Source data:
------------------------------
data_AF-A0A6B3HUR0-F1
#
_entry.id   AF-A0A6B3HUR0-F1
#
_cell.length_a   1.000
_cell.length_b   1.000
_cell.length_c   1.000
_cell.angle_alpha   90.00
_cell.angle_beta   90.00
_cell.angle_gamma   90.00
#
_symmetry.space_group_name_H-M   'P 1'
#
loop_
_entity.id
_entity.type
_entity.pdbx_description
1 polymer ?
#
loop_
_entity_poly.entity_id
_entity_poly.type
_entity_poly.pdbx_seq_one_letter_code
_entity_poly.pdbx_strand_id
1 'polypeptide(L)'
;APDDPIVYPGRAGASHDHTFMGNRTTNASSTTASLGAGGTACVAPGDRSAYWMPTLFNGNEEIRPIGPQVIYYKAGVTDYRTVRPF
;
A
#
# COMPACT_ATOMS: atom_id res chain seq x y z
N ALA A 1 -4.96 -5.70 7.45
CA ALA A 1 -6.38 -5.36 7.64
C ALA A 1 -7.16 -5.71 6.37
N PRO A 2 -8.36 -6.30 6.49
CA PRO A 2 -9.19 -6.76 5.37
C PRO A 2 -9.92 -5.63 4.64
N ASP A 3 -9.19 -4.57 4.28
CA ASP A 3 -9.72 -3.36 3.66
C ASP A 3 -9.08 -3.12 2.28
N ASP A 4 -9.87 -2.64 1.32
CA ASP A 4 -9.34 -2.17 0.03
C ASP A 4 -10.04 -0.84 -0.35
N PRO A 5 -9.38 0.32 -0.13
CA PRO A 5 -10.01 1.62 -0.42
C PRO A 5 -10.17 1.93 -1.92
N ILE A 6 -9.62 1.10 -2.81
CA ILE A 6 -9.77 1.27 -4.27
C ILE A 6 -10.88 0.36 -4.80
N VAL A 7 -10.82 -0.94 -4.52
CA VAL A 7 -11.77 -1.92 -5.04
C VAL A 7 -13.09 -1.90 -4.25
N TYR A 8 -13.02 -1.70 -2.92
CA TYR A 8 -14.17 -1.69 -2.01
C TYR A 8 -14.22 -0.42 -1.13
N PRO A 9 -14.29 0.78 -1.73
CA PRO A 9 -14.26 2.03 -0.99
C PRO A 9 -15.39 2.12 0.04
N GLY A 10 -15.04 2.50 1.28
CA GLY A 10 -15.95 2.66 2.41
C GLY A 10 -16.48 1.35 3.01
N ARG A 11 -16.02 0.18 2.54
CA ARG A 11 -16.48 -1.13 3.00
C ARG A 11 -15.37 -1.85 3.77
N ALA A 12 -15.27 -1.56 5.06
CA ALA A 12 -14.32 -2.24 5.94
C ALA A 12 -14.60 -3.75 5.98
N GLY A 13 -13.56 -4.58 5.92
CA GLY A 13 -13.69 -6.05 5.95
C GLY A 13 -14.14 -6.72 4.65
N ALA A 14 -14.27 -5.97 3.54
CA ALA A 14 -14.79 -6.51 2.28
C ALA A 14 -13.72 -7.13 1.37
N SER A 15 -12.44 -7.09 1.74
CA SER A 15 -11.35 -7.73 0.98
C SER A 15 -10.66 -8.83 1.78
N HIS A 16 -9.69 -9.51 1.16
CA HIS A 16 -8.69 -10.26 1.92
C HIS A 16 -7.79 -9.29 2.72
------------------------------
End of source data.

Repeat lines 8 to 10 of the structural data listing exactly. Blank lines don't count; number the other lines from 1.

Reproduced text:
_cell.angle_alpha   90.00
_cell.angle_beta   90.00
_cell.angle_gamma   90.00